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The Wholehearted Dancer MAG
This is a way of life. Every year, regional world qualifiers (Oire-achtas) for Irish step dancing are held. There are group dances (ceilis), solos, choreographies, and dramas. We all stay in one hotel, and though we’re all competitors, we feel like a big happy family. Gleaming with pride at what we do, with curlers and make-up everywhere, we frantic and bubbly dancers anticipate the day’s events. As the community of Irish dance grows, the competition becomes more intense.
As I looked on stage, mentally preparing myself, I watched the girls before me. One of them nailed it: a perfect spring. Both her toes were pointed as if there were a metal arch in her shoes. Her leg was straight in front of her, with the other bent perfectly, like the crease of a folded piece of paper. The dancer’s posture was almost perfect. With her back in an exact line, chin up, arms perfectly straight, and hands in fists as tight as a boxer’s; she owned the stage. Her presence
established that she had the confidence of a winner.
Looking at my shoes, I knew that I was capable of this too. I was about to prove it. The dances were long, but I pushed and pushed until the last movement. It was so much fun; with all the spins and jumps, my height was limitless. After dancing, the hardest part was over, but the mental obstacle was yet to come.
Now came the most dreaded part of a dancer’s career. Callbacks. This nine-letter word can mean the world to some, the beginning or the end. It is up to a panel of three judges. They have the power to name the world champion. They don’t play favorites; they pick the most worthy dancer.
We had each finished two rounds, soft shoe and hard shoe. From there, the judges added up scores, using an extremely complicated system. The marks sometimes took an hour to tally. Behind the masks of make-up and smiles, dancers sweat off layers and layers of fear, while questions ran through their minds: what if ... what if ... what if ...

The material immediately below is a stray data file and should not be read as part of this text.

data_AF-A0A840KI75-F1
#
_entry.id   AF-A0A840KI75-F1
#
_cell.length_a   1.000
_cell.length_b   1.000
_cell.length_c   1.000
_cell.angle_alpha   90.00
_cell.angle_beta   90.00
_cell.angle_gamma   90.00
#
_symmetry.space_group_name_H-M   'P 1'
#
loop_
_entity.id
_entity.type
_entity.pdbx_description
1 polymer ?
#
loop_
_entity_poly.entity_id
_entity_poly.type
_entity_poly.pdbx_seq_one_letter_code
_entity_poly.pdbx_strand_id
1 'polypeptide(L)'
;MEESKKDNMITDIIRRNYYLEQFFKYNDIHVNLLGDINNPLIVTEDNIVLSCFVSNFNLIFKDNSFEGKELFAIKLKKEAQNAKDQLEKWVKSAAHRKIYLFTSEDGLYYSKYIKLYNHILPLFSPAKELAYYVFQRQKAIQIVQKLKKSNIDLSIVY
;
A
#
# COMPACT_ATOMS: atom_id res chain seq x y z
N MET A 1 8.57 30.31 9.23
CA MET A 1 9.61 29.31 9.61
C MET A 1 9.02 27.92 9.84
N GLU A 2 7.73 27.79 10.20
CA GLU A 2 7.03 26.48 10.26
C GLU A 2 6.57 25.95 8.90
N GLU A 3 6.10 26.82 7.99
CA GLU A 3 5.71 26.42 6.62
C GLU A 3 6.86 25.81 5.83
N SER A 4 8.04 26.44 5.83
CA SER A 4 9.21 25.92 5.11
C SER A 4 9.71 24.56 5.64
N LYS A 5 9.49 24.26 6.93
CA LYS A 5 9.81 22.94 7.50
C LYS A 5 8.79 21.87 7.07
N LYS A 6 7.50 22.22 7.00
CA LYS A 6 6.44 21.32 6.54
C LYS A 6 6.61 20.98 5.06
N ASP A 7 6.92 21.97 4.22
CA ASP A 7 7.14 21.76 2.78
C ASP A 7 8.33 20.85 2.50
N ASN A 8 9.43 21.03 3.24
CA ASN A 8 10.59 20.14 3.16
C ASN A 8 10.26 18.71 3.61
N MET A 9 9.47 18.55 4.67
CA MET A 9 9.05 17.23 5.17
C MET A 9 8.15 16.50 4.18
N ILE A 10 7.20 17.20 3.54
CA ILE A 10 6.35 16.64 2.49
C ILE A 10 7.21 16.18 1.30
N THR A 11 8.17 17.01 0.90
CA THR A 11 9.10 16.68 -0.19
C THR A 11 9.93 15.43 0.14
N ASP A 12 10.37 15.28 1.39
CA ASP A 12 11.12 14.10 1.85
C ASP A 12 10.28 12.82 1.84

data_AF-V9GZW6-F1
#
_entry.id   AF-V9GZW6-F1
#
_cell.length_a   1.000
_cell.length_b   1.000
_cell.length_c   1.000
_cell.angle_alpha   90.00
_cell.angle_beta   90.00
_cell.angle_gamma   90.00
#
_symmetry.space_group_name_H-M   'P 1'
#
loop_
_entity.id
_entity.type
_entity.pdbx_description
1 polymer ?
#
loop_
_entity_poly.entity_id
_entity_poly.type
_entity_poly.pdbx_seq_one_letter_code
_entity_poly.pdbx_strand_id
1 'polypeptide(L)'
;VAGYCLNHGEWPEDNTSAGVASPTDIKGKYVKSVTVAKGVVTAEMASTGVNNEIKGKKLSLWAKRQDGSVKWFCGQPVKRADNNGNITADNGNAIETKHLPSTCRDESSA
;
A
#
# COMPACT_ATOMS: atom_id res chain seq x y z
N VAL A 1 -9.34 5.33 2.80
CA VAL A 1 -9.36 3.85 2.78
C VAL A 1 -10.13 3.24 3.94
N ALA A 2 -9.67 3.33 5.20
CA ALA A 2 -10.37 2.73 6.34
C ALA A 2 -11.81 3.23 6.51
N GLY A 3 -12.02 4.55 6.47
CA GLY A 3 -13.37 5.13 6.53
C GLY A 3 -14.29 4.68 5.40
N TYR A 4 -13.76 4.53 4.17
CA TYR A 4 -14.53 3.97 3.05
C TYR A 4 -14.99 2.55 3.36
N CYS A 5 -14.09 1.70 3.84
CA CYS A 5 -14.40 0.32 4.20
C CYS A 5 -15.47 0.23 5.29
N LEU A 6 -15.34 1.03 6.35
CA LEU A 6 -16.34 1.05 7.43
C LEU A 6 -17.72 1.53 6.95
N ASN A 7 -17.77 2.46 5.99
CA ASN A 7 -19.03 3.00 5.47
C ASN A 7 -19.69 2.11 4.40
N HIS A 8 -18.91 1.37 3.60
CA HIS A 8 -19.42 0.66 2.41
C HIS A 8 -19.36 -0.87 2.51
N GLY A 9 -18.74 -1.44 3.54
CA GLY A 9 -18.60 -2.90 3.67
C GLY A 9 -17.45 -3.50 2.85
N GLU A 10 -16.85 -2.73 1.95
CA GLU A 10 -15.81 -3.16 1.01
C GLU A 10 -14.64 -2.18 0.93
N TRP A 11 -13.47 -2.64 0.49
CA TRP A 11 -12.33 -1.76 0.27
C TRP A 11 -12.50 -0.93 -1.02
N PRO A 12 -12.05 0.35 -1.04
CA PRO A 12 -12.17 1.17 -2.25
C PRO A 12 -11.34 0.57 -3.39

“Quiet in the hall, please. It is time to announce the callbacks for the Under 14 girls.
“In random order, the following competitors should line up side stage.” There were 91 girls in my group, all of the top two levels of competition.
“2, 5, 7 ...” My mind blurred, so eager to hear my number. “49, 50, 51, 52 ... ”
52? That’s me! A strong feeling of accomplishment and satisfaction surged through me. All my hard work had paid off.
Now, there was one last thing ... the set ... one person dancing at a time. (Normally we dance by twos or threes.) Now it was one versus hundreds of judgmental people in the audience.
Of the 40 girls called back in the rotation, I was the last for the set piece. My mind started to play games, and I thought that I would forget part of my two-minute dance. As I got ready, the room became over-packed with people coming for the next competition. Even though I was scared out of my wits, I knew all I had to do was get into my zone and focus. The key was to take it step by step, move by move; jump to the stars and dance on a cloud.
I finished perfectly, and afterward I felt calm and relieved.
When I dance, I forget all the problems in life and feel like I’m on top of the world. This is what I should be doing. It is a unique sport. It is so rewarding when people come up to me and tell me how superb my dancing is.
Irish step dance shaped who I am today. When I was six, “Riverdance” came out and the lead dancer, Jean Butler, really inspired me. I thought that I was amazing when I made up a little jig under the dimmed lamp in the family room. Ever since, I haven’t stopped. Even in school, I constantly think about it and do my steps with my hands. I practice two hours every night, and I don’t plan to stop anytime soon. Irish step teaches you grace and posture. It is a way to let go and enjoy life. It is a hard life. It is a great life. It’s a dancer’s life.